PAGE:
Marr says broadband threatens our culture

By Dominic Ponsford

Broadcaster Andrew Marr has warned that the internet threatens to take us back to a medieval information culture.

And, delivering the annual Hugh Cudlipp lecture at the London
College of Communication, he revealed how News of the World
investigations editor Mazher Mahmood got his start in journalism by
“turning over” some family friends.

Marr said broadband
technology threatens journalism because it means audio and video
content are becoming more popular than text on the internet.

He
said: “So long as we are able to consume information through words –
are able to re-read, check exact quotation, pore over figures and
statistics and carefully chosen descriptions – then we, the public,
will still have some purchase or grip, and therefore power.

“I do
fear a culture where we only hear things and we only see things and
that it all sweeps past us a little too fast – we can’t really tell
after a while whether it was the politician who said that originally or
if it was Rory Bremner. Was that a docu-drama or was that news footage?”

He
spoke of the “limitations of a culture that becomes mainly audio and
visual – the culture in a way of medieval times of mummers and painted
biblical scenes before the Enlightenment got going.

“It’s time to
reassert the need for verbal clarity and journalists have to be the
people above all who champion good writing against the triumph of image.

We
are in a strong position to do it. We are in a democratic culture of
the kind we haven’t had before at a time when journalism appears to be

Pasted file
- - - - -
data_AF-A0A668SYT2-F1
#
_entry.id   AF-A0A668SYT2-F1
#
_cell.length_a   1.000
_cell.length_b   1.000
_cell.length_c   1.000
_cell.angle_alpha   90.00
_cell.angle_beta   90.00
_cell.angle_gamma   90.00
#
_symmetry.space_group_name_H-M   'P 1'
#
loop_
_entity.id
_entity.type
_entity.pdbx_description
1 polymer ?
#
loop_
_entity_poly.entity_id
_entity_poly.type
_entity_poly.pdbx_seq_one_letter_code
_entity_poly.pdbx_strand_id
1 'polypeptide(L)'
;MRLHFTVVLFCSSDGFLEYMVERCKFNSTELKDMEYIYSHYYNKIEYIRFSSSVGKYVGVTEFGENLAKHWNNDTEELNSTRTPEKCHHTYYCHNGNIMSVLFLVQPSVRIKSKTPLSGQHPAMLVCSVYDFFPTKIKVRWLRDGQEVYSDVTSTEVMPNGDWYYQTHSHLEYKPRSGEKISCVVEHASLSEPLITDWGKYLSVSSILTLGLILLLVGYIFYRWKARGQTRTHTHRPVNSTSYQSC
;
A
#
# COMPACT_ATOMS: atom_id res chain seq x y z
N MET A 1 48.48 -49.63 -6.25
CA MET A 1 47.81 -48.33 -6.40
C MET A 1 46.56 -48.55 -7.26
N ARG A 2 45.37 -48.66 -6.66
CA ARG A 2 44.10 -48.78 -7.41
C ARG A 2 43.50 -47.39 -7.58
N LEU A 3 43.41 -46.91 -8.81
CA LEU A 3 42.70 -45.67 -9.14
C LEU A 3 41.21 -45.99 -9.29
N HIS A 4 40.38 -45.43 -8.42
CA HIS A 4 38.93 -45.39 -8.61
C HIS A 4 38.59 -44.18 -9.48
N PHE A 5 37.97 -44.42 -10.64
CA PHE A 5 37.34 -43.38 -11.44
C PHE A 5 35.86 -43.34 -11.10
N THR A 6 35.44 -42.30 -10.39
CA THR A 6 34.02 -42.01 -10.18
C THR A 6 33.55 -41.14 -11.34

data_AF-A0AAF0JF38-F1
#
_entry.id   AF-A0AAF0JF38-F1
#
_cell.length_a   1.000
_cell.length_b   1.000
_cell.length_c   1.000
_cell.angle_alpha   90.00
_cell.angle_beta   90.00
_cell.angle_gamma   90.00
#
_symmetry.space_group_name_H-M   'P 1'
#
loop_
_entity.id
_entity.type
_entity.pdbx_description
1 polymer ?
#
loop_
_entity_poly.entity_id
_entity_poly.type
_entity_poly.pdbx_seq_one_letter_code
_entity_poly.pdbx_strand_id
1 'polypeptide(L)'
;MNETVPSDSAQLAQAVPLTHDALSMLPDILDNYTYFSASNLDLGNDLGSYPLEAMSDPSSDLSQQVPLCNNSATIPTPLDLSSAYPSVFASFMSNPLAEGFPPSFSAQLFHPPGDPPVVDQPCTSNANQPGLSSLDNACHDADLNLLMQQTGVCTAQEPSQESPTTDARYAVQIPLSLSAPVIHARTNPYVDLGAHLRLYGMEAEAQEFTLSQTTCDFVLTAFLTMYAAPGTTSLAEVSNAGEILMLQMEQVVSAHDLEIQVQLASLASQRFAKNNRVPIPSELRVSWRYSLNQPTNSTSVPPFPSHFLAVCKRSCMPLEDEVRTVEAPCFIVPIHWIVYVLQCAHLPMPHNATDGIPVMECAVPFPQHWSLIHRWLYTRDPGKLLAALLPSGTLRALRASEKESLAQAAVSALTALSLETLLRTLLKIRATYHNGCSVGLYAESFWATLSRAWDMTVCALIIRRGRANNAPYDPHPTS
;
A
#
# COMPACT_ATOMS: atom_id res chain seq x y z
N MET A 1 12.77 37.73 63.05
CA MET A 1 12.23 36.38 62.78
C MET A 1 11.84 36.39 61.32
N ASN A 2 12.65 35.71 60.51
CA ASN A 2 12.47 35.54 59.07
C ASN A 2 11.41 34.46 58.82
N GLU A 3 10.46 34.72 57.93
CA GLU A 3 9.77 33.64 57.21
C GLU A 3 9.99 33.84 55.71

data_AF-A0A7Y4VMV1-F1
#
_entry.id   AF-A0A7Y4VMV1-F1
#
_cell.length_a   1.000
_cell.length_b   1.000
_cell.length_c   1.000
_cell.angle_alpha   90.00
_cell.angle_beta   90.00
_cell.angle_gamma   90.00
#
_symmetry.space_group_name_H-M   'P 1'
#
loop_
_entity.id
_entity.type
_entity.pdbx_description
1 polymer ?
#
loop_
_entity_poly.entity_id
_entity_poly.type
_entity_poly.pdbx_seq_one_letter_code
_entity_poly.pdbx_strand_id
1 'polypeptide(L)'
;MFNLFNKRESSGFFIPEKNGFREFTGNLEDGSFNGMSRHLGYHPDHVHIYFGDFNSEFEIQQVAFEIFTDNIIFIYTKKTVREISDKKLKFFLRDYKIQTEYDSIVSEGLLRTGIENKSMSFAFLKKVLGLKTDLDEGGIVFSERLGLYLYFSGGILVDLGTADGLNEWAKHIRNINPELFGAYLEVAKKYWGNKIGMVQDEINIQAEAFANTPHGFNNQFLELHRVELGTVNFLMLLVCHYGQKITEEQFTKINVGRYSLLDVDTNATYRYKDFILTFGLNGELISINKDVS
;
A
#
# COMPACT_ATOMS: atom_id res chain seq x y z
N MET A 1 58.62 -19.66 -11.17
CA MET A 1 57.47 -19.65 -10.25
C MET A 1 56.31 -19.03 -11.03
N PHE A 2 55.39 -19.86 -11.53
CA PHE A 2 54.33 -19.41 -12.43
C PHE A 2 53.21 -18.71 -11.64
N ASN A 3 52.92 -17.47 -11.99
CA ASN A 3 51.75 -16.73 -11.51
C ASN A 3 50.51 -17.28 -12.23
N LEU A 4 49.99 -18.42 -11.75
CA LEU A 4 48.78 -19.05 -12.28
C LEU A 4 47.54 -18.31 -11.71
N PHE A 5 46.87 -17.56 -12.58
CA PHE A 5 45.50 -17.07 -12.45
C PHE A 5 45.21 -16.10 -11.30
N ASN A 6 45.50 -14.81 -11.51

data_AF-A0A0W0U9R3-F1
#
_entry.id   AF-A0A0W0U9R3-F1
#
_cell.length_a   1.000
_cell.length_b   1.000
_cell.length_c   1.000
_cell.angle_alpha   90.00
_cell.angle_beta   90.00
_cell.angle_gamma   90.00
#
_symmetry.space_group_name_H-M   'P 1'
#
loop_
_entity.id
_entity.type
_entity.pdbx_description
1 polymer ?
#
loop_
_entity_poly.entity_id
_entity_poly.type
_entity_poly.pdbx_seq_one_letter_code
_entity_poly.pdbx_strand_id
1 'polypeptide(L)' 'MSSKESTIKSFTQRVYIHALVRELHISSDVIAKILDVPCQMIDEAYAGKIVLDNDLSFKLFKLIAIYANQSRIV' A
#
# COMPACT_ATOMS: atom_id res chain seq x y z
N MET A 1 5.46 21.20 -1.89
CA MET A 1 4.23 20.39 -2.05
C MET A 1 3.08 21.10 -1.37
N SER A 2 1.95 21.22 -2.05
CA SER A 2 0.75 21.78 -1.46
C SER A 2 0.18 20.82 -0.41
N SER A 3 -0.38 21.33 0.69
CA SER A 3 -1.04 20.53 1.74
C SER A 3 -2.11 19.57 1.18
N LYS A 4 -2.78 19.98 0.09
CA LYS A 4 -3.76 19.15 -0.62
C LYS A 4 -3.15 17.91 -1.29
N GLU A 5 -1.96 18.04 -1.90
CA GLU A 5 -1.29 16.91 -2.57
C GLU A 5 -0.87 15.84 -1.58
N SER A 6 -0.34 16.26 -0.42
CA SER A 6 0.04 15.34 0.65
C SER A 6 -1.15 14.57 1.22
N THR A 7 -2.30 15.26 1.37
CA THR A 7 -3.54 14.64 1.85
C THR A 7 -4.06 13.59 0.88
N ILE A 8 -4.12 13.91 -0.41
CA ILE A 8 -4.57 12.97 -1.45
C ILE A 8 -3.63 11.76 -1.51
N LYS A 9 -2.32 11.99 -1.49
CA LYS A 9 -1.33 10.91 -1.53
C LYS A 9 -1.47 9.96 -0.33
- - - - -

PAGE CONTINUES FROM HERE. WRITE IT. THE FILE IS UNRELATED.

growing a little stronger again. We have comparative freedom of speech
and information.”

When asked whether the News of the World was
right to spend six figures duping the England football manager with
Mazher Mahmood’s fake sheikh sting, he said: “Yes” – adding: “I am one
of the very few people who’s met Mazher Mahmood and not been turned
over by him immediately afterwards. He’s an extraordinary one-off
phenomenon.

Whether you approve or disapprove of what he does, he
has a complete singlemindedness about entrapment journalism, which he
defends in terms of the number of criminals he’s put behind bars over
his career – far more than any police officer.”

Marr said Mahmood got his first scoop when some family friends came to dinner at his parents’ house.

According
to Marr, Mahmood told him: “These friends were talking about how they
were copying illegal pirate videos, so I said I was popping up to my
room, I phoned the News of the World and I shopped them.”

Marr
said: “He just goes for it, he’s absolutely lethal… the News of the
World has done fantastically, it’s totally dominated the headlines two
weeks running.”

Week two of Mahmood’s Sven- Goran Eriksson sting
on Sunday prompted an investigation into allegations of corruption in
football. The following day, Eriksson announced that he will quit as
manager after the World Cup.

Marr advised young journalists to
start their careers in print if possible, saying: “If you can get a
good print trade education in terms of the sharp and good use of words,
and learn how to sub, and learn how to tell a story in the traditional
print way, that is going to do you more good later on as a broadcast
journalist.”

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